Local paddlers set for 63rd AuSable Canoe Marathon
July 07, 2010 - If you hope to watch the entire AuSable Canoe Marathon, plan on spending 19 non-stop hours trekking about 120 miles and learning the true meaning of GPS.
And that's just to spectate.
If that sounds rather challenging, consider the mission of area resident Jeff Caryl.
At 57-years-old, Caryl will team up with Fenton resident Mike Taylor, 55, later this month and paddle against more than 90 teams from all over the United States and Canada participate in the 63rd annual AuSable Canoe Marathon will be entered in the marathon. The layman- style run to the river starts at 9 p.m., Saturday, July 24, in Grayling with the teams getting to their first port at Mio Dam around 1 a.m., Sunday.
"You have to pace yourself," said Caryl, a 1970 Holly High School graduate and an avid paddler.
"You're better off starting slowly and saving yourself for the later stages of the race. There's also a lot of freaky things that happen out there. Sometimes there's a Mayfly hatch going on during the race and the flies cover the water and everything. For about seven hours you're in complete darkness— we use a battery-powered light on the boat. Often there are stumps just a few inches below the surface of the water. You just never know what's going to happen around every turn."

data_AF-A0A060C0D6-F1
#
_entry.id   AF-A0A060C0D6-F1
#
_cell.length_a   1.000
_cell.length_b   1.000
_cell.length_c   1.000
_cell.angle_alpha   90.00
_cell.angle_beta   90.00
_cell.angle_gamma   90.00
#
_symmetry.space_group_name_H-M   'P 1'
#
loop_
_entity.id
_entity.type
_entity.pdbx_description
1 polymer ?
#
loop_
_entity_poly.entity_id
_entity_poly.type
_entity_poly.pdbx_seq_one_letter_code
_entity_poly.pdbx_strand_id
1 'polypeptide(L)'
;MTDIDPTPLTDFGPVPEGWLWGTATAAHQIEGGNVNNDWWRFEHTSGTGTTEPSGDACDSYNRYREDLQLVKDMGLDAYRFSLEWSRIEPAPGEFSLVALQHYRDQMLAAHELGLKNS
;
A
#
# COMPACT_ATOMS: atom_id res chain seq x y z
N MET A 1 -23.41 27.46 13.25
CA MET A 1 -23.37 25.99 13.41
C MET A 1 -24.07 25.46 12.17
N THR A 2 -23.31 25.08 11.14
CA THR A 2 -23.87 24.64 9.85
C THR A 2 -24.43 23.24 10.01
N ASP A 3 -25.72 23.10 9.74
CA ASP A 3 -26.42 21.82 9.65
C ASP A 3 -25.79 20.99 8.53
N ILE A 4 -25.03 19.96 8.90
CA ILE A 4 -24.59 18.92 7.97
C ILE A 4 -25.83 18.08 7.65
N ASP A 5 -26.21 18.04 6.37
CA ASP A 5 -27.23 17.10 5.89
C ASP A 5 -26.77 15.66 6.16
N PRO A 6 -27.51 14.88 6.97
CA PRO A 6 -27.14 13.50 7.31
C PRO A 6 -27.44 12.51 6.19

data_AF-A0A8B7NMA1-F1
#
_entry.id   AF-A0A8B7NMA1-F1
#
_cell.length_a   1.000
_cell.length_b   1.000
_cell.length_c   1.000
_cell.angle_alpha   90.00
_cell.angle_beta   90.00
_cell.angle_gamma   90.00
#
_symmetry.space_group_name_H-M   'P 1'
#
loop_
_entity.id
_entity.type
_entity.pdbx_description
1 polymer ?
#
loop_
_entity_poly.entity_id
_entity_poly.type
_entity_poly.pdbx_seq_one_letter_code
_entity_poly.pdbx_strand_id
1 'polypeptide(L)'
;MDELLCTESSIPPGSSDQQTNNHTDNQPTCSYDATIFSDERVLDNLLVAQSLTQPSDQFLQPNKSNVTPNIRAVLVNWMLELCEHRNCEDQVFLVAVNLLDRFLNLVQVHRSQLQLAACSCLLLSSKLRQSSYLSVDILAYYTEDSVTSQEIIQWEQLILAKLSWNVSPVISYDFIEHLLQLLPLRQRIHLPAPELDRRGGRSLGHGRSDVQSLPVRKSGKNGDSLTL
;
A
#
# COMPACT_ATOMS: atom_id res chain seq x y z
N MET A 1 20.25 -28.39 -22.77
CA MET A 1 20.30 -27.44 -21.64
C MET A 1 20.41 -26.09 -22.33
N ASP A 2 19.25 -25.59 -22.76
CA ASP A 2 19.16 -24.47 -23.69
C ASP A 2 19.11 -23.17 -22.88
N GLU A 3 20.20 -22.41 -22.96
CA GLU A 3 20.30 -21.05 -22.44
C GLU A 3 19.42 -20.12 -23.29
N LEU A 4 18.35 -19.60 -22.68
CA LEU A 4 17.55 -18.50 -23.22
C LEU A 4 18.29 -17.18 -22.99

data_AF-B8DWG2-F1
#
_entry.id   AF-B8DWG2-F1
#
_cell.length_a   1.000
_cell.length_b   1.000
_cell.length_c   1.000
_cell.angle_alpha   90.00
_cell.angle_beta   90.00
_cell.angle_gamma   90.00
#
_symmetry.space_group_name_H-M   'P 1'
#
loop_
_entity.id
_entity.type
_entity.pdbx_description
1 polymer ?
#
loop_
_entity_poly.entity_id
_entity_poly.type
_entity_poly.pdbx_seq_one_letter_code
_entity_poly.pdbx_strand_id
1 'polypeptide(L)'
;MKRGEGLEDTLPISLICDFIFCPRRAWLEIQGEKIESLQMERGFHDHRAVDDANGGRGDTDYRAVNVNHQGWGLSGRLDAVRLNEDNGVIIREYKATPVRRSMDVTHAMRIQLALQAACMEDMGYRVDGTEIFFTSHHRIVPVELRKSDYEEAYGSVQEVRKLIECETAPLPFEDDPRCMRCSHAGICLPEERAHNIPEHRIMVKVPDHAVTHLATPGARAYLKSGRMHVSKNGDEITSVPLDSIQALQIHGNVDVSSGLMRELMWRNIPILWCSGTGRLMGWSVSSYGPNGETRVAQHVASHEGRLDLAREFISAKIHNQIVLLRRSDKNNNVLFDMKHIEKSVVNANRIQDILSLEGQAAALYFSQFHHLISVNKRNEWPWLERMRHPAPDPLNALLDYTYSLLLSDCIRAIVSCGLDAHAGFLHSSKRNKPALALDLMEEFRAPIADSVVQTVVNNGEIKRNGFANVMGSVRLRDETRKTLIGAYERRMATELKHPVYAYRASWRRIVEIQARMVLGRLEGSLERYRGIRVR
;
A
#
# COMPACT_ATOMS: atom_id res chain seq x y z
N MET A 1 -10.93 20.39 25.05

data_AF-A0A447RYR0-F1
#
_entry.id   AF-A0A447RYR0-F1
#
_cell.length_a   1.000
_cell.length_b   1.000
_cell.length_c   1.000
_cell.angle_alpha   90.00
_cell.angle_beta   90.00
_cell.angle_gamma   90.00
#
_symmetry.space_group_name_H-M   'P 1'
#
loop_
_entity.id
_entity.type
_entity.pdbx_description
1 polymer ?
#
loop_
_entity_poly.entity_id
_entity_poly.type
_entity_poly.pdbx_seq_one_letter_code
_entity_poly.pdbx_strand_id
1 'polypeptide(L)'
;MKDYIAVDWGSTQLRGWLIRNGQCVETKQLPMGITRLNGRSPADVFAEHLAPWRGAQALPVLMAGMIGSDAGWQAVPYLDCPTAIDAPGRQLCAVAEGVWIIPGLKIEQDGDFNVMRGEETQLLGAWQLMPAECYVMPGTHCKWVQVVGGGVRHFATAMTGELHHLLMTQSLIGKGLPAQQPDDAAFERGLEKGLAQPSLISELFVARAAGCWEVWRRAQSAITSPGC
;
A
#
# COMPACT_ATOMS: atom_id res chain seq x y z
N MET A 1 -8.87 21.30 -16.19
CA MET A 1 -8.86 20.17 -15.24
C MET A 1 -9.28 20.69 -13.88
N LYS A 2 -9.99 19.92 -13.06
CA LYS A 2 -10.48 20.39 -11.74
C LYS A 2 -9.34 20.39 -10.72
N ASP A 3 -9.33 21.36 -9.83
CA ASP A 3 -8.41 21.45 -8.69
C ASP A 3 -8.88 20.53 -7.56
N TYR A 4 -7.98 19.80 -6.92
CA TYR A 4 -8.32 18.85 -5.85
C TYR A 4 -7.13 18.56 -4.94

The pair will race in an 18-foot-long carbon fiber canoe that weighs about 34 pounds, with paddles weighing less than 10 ounces each. A crew of four "bank runners" will follow the team with food, water, and supplies.
"Toward the end of the race you're in pain—it becomes difficult to work your hands," said Caryl, who said rotator cuff surgery on both his shoulders should not hamper his efforts. "The bank runners will carry plenty of ibuprofen."
Since January, Caryl and Taylor have logged about 250-300 training hours, averaging about 30 to 40 miles per week. The two are training in the Flint River north of I-69 near Irish Road in the Russellville area. The pair also trains in the Huron River near Milford.
Caryl started canoeing in the 1960s with the construction of a racing canoe in the family garage.
"We would race in the Shiawassee River," said Caryl. "And as a kid my family would put our canoe in the AuSable River near Grayling. I moved out of state and was totally out of paddling for a while. When I came back home in the 1990s, Ed Adams and I started paddling again."
Both men have participated in a host of canoe races, and Adams has paddled the AuSable Marathon twice.
"There are paddlers in the state who are just incredible—and are expected to complete the AuSable in about 14 hours," he said. "I'd just like to finish and hope to make it in about 16 hours. There are so many factors to overcome—at times you could get in fog out in one of the ponds you cross. If you're too slow, they disqualify you—we hope there's a full moon that night."